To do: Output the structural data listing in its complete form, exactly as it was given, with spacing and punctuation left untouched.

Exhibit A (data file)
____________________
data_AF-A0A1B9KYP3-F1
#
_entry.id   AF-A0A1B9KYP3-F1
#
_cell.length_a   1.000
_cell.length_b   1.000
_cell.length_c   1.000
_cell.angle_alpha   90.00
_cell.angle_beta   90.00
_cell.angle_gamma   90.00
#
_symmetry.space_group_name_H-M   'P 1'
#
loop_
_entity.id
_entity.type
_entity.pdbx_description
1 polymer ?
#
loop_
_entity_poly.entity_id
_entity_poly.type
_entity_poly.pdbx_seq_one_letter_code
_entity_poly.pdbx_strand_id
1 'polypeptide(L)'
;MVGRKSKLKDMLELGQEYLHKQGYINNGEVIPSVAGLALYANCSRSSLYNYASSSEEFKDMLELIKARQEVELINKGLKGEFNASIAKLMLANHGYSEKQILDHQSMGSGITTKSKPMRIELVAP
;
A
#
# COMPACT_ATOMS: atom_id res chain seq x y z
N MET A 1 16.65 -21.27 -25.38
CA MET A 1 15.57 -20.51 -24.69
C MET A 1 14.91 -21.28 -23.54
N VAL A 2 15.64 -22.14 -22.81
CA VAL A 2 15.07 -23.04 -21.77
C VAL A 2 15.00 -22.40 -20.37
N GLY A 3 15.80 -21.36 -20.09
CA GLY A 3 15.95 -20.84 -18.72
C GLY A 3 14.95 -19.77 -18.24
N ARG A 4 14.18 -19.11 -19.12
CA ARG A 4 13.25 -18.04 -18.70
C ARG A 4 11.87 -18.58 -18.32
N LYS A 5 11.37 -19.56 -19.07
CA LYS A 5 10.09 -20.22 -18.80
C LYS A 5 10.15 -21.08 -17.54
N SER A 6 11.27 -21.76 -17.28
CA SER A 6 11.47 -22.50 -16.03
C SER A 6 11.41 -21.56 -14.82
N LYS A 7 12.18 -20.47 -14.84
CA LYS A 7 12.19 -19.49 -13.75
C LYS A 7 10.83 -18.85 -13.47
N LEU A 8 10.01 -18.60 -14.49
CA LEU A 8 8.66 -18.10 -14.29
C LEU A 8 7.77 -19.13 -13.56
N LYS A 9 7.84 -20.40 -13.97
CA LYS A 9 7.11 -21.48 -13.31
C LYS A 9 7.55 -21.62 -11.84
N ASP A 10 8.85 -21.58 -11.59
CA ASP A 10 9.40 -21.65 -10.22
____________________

data_AF-A0A1B9KYP3-F1
#
_entry.id   AF-A0A1B9KYP3-F1
#
_cell.length_a   1.000
_cell.length_b   1.000
_cell.length_c   1.000
_cell.angle_alpha   90.00
_cell.angle_beta   90.00
_cell.angle_gamma   90.00
#
_symmetry.space_group_name_H-M   'P 1'
#
loop_
_entity.id
_entity.type
_entity.pdbx_description
1 polymer ?
#
loop_
_entity_poly.entity_id
_entity_poly.type
_entity_poly.pdbx_seq_one_letter_code
_entity_poly.pdbx_strand_id
1 'polypeptide(L)'
;MVGRKSKLKDMLELGQEYLHKQGYINNGEVIPSVAGLALYANCSRSSLYNYASSSEEFKDMLELIKARQEVELINKGLKGEFNASIAKLMLANHGYSEKQILDHQSMGSGITTKSKPMRIELVAP
;
A
#
# COMPACT_ATOMS: atom_id res chain seq x y z
N MET A 1 16.65 -21.27 -25.38
CA MET A 1 15.57 -20.51 -24.69
C MET A 1 14.91 -21.28 -23.54
N VAL A 2 15.64 -22.14 -22.81
CA VAL A 2 15.07 -23.04 -21.77
C VAL A 2 15.00 -22.40 -20.37
N GLY A 3 15.80 -21.36 -20.09
CA GLY A 3 15.95 -20.84 -18.72
C GLY A 3 14.95 -19.77 -18.24
N ARG A 4 14.18 -19.11 -19.12
CA ARG A 4 13.25 -18.04 -18.70
C ARG A 4 11.87 -18.58 -18.32
N LYS A 5 11.37 -19.56 -19.07
CA LYS A 5 10.09 -20.22 -18.80
C LYS A 5 10.15 -21.08 -17.54
N SER A 6 11.27 -21.76 -17.28
CA SER A 6 11.47 -22.50 -16.03
C SER A 6 11.41 -21.56 -14.82
N LYS A 7 12.18 -20.47 -14.84
CA LYS A 7 12.19 -19.49 -13.75
C LYS A 7 10.83 -18.85 -13.47
N LEU A 8 10.01 -18.60 -14.49
CA LEU A 8 8.66 -18.10 -14.29
C LEU A 8 7.77 -19.13 -13.56
N LYS A 9 7.84 -20.40 -13.97
CA LYS A 9 7.11 -21.48 -13.31
C LYS A 9 7.55 -21.62 -11.84
N ASP A 10 8.85 -21.58 -11.59
CA ASP A 10 9.40 -21.65 -10.22